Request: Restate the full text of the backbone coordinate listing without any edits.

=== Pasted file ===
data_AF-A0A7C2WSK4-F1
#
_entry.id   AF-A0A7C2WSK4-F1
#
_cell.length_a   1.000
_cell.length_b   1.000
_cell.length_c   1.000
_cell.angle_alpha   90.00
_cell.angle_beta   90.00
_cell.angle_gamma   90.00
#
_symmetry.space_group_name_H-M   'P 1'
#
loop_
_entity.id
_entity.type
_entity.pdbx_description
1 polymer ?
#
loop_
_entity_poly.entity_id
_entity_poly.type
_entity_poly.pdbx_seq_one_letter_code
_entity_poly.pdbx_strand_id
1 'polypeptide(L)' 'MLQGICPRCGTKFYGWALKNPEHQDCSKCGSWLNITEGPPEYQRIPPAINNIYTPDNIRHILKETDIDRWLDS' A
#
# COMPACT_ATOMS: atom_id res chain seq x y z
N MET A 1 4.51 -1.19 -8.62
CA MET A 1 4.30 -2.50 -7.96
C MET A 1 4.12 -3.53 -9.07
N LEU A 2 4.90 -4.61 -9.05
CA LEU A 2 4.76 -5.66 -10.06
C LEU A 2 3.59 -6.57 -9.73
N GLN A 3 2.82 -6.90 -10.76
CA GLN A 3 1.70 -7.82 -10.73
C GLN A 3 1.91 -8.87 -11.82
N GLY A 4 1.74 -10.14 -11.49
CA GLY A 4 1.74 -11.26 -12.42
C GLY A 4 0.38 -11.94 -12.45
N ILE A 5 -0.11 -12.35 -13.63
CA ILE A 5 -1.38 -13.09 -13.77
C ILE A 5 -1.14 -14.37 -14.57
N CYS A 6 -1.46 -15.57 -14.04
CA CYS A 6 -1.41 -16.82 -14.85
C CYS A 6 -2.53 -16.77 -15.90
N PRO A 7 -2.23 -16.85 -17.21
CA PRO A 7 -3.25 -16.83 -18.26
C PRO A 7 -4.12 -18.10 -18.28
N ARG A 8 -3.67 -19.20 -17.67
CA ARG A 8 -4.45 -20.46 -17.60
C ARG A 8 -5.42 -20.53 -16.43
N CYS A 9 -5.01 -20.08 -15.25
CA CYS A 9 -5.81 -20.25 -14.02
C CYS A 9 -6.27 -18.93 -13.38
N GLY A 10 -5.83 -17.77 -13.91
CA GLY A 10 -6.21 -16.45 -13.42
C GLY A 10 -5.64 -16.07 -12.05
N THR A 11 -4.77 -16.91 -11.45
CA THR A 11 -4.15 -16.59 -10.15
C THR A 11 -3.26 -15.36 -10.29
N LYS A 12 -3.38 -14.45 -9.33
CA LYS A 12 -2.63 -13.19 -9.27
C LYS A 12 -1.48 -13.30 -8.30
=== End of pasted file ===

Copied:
data_AF-A0A7C2WSK4-F1
#
_entry.id   AF-A0A7C2WSK4-F1
#
_cell.length_a   1.000
_cell.length_b   1.000
_cell.length_c   1.000
_cell.angle_alpha   90.00
_cell.angle_beta   90.00
_cell.angle_gamma   90.00
#
_symmetry.space_group_name_H-M   'P 1'
#
loop_
_entity.id
_entity.type
_entity.pdbx_description
1 polymer ?
#
loop_
_entity_poly.entity_id
_entity_poly.type
_entity_poly.pdbx_seq_one_letter_code
_entity_poly.pdbx_strand_id
1 'polypeptide(L)' 'MLQGICPRCGTKFYGWALKNPEHQDCSKCGSWLNITEGPPEYQRIPPAINNIYTPDNIRHILKETDIDRWLDS' A
#
# COMPACT_ATOMS: atom_id res chain seq x y z
N MET A 1 4.51 -1.19 -8.62
CA MET A 1 4.30 -2.50 -7.96
C MET A 1 4.12 -3.53 -9.07
N LEU A 2 4.90 -4.61 -9.05
CA LEU A 2 4.76 -5.66 -10.06
C LEU A 2 3.59 -6.57 -9.73
N GLN A 3 2.82 -6.90 -10.76
CA GLN A 3 1.70 -7.82 -10.73
C GLN A 3 1.91 -8.87 -11.82
N GLY A 4 1.74 -10.14 -11.49
CA GLY A 4 1.74 -11.26 -12.42
C GLY A 4 0.38 -11.94 -12.45
N ILE A 5 -0.11 -12.35 -13.63
CA ILE A 5 -1.38 -13.09 -13.77
C ILE A 5 -1.14 -14.37 -14.57
N CYS A 6 -1.46 -15.57 -14.04
CA CYS A 6 -1.41 -16.82 -14.85
C CYS A 6 -2.53 -16.77 -15.90
N PRO A 7 -2.23 -16.85 -17.21
CA PRO A 7 -3.25 -16.83 -18.26
C PRO A 7 -4.12 -18.10 -18.28
N ARG A 8 -3.67 -19.20 -17.67
CA ARG A 8 -4.45 -20.46 -17.60
C ARG A 8 -5.42 -20.53 -16.43
N CYS A 9 -5.01 -20.08 -15.25
CA CYS A 9 -5.81 -20.25 -14.02
C CYS A 9 -6.27 -18.93 -13.38
N GLY A 10 -5.83 -17.77 -13.91
CA GLY A 10 -6.21 -16.45 -13.42
C GLY A 10 -5.64 -16.07 -12.05
N THR A 11 -4.77 -16.91 -11.45
CA THR A 11 -4.15 -16.59 -10.15
C THR A 11 -3.26 -15.36 -10.29
N LYS A 12 -3.38 -14.45 -9.33
CA LYS A 12 -2.63 -13.19 -9.27
C LYS A 12 -1.48 -13.30 -8.30